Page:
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Deadly UCLA lab fire leaves haunting questions

Problems at UCLA went unfixed for two months before a young researcher was burned in a chemical accident.

March 01, 2009|Kim Christensen
  • Sheri Sangji celebrates her graduation from Pomona College in May with brother Hussain, mother Maimoona, father Shaukat and sister Naveen. Two months before Sangji was burned in a chemical fire, UCLA safety inspectors found more than a dozen deficiencies where she was working.
Sheri Sangji celebrates her graduation from Pomona College in May with…

UCLA's Molecular Sciences Building was mostly closed for the holidays on Dec. 29 as research assistant Sheri Sangji worked on an organic chemistry experiment.

Only three months into her job in the lab, the 23-year-old Pomona College graduate was using a plastic syringe to extract from a sealed container a small quantity of t-butyl lithium -- a chemical compound that ignites instantly when exposed to air.

As she withdrew the liquid, the syringe came apart in her hands, spewing flaming chemicals, according to a UCLA accident report. A flash fire set her clothing ablaze and spread second- and third-degree burns over 43% of her body.

Eighteen excruciating days later, Sangji died in a hospital burn unit.

"It is horrifying," said her sister Naveen, 26, a Harvard medical student. "Sheri wasn't out doing something stupid. She was working in a lab at one of the largest universities in the world. She gets these horrific injuries and loses her life to these injuries and we still don't know how it happened or why it wasn't prevented."

Sangji's death was more than a tragic workplace accident. It also raised serious questions about the university's attention to laboratory safety.

"It was totally preventable," said Neal Langerman, a San Diego consultant and former head of the American Chemical Society's Division of Chemical Health and Safety, whose members were given a detailed account of the incident by a University of California safety official.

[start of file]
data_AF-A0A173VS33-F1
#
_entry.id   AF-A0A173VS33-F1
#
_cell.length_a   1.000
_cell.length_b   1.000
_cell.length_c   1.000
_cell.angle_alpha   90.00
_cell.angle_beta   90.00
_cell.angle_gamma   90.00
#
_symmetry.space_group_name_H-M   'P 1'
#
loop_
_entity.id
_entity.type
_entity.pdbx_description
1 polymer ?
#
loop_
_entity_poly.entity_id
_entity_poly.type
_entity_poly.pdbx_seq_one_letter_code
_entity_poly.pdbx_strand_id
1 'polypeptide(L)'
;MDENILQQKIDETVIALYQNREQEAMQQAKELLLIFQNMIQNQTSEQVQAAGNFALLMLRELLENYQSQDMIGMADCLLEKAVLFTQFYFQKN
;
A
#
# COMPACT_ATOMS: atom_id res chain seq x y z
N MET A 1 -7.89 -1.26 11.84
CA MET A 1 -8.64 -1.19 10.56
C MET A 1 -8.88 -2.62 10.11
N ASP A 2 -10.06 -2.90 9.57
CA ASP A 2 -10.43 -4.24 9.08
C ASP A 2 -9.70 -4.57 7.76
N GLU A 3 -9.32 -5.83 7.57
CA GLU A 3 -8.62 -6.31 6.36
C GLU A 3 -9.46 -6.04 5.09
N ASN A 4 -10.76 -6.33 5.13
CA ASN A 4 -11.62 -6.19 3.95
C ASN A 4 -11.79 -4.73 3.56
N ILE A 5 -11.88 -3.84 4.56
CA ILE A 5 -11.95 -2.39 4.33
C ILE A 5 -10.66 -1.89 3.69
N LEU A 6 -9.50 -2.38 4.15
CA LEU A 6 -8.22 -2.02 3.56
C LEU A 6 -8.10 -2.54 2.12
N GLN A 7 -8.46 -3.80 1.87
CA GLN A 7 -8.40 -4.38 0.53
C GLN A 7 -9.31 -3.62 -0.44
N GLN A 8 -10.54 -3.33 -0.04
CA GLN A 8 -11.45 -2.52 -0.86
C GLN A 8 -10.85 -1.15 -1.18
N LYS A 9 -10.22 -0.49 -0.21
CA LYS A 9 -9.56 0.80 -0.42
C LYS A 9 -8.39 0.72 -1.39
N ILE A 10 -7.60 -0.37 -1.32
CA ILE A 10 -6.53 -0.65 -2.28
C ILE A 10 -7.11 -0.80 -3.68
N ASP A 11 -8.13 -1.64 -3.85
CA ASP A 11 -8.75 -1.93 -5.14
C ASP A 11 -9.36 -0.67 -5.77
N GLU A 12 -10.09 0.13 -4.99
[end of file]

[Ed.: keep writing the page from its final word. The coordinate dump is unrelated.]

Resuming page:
"Poor training, poor technique, lack of supervision and improper method. This was just not the right way to transfer these things," Langerman said. "She died, didn't she? It speaks for itself."

Two months earlier, UCLA safety inspectors found more than a dozen deficiencies in the same lab, Molecular Sciences Room 4221, according to internal investigative and inspection reports reviewed by The Times. Among the findings: Employees were not wearing requisite protective lab coats, and flammable liquids and volatile chemicals were stored improperly.

Chemical Safety Officer Michael Wheatley sent the inspection report to the researcher who oversees the lab, professor Patrick Harran, as well as to the head of the Chemistry and Biochemistry Department and a top UCLA safety official. The report directed that problems be fixed by Dec. 5.

But the required corrective action was not taken, records show, and on Dec. 29 all that stood between Sangji's torso and the fire that engulfed her was a highly flammable, synthetic sweater that fueled the flames.


Under scrutiny

The California Division of Occupational Safety and Health is investigating, as are the Office of the State Fire Marshal, the National Institute for Occupational Safety and Health and the U.S. Chemical Safety and Hazard Investigation Board. A spokeswoman for Cal/OSHA, the lead agency, said she could not comment on the investigation.

UCLA officials say they are cooperating with all of the agencies.

"We consider this a profoundly tragic accident, and the campus community is still reeling from the loss of Sheri as a member of the Bruin family," said Kevin Reed, vice chancellor for legal affairs.

Harran, the organic chemistry professor for whom Sangji worked, said he could not comment on the accident because of the pending investigations. But he said he's heartbroken.

"Words cannot convey my grief or that of those who work in my lab, and our pain cannot possibly compare with the immeasurable anguish felt by Sheri's family," he wrote in an e-mail. "Sheri's death is a tragedy that has left her friends, colleagues and co-workers here in our department devastated."

UCLA has launched a comprehensive review of lab safety protocols and has stepped up inspections and shortened the time allowed to correct serious violations. Chancellor Gene Block also established a campuswide lab safety committee and ordered enhanced accountability measures.

Such efforts are of little comfort to Sangji's family. Her parents, Shaukat Sangji, a small-business owner who lives in Toronto, Canada, with his wife, Maimoona, a Montessori schoolteacher, were too distraught to be interviewed, said Naveen, who relayed an e-mail message to The Times from her father.

"They say time will heal, but I know for sure nothing can heal this," he said. "This has completely destroyed our lives forever."

Born and raised in Pakistan, Sheharbano "Sheri" Sangji followed her older sister to Pomona College, a small, top-tier liberal arts school in Claremont, in 2003. Their parents and younger brother moved to Canada.

"Sheri always loved science and fell in love with chemistry," Naveen said, but she also was interested in the rights of women and immigrants, environmental policy and law. She decided to become an attorney, with an eye toward a career that would blend her interests.

"She was brilliant, just so impressive," her sister said.

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